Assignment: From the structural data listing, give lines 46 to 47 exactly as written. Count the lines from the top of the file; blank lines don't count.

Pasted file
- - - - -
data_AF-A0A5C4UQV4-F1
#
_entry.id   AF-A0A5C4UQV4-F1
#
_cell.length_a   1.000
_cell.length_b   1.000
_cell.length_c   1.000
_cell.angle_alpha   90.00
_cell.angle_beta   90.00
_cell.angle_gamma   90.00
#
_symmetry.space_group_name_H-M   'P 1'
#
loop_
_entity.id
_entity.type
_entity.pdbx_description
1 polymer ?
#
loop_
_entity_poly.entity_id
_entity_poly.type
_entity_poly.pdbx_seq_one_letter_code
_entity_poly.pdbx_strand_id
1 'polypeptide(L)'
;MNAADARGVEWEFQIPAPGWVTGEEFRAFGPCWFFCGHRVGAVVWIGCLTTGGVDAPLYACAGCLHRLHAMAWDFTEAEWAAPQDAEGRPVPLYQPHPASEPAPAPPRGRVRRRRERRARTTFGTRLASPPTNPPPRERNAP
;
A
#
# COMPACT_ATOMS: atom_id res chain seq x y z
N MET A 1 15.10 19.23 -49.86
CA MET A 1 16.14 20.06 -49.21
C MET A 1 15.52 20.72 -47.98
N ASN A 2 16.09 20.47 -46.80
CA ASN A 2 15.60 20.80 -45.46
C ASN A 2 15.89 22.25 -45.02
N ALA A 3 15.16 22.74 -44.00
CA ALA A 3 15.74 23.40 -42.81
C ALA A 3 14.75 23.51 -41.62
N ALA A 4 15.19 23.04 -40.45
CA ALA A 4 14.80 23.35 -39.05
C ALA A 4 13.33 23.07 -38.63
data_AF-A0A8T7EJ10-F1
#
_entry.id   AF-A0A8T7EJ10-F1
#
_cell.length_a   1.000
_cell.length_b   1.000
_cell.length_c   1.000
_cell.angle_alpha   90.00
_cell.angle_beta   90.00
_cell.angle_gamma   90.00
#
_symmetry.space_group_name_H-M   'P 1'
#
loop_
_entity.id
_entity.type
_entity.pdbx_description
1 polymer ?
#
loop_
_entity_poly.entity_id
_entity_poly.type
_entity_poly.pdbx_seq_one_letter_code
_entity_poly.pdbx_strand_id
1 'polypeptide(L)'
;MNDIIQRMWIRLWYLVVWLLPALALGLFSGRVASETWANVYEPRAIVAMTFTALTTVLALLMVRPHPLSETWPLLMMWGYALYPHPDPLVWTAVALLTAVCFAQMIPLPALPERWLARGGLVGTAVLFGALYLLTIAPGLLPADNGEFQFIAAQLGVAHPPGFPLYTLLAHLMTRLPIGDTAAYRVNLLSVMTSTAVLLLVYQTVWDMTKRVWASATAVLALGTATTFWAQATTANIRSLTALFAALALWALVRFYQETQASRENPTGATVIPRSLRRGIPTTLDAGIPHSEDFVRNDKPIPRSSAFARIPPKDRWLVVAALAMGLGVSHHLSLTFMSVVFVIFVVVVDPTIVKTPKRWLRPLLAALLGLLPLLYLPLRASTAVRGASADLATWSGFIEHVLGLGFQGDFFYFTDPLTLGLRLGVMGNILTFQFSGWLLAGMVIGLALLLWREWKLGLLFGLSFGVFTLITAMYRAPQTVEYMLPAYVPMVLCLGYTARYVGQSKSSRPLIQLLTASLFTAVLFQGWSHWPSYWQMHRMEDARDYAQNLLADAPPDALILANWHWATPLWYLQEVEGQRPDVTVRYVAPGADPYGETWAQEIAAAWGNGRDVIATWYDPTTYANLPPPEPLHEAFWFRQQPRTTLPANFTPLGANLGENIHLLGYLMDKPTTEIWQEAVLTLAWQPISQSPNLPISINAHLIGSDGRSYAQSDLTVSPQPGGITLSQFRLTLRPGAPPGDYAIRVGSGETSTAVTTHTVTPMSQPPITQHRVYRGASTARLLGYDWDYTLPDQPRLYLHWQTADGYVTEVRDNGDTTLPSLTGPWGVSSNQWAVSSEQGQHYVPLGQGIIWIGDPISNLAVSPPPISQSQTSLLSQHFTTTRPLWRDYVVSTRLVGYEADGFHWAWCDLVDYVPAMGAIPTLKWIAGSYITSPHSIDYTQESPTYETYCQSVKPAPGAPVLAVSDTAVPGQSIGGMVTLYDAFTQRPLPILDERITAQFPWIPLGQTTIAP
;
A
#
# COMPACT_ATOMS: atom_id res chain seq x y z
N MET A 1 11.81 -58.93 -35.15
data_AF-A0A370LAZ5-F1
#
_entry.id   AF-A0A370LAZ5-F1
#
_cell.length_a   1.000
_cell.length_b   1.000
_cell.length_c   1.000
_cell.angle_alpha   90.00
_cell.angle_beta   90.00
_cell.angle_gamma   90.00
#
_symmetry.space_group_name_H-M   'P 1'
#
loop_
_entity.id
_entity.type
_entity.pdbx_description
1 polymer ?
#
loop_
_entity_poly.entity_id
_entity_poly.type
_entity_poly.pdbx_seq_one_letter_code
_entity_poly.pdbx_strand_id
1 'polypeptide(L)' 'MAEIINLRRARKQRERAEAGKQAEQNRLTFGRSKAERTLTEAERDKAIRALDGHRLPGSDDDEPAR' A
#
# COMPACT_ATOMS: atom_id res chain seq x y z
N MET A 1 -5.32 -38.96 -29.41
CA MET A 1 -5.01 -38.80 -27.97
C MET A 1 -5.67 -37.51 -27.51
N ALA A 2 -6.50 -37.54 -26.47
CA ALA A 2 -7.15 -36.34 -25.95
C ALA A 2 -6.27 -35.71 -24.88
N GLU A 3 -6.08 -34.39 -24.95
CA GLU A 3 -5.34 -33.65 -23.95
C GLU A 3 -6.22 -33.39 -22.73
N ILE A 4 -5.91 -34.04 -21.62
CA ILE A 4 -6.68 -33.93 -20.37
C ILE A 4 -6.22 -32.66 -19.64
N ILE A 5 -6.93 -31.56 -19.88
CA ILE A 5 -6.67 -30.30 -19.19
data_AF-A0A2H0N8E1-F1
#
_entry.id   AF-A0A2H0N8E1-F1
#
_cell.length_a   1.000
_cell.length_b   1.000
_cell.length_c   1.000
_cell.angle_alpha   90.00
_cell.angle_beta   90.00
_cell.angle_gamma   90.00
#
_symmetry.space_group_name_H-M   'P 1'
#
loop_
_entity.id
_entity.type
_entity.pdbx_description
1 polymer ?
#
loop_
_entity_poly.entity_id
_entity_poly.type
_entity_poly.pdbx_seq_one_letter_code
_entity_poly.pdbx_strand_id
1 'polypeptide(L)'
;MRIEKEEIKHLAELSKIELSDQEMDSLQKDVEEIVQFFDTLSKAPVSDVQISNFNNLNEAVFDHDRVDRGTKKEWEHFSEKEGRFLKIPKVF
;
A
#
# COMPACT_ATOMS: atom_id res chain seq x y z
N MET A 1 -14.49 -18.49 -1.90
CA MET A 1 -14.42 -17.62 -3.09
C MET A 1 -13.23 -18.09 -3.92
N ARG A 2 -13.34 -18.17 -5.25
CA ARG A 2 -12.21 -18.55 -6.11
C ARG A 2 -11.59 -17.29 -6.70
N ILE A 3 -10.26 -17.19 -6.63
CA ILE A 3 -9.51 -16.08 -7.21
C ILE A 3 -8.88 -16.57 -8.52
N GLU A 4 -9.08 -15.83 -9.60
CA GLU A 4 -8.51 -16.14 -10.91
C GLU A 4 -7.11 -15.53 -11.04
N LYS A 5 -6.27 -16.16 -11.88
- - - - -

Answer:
#
_cell.length_a   1.000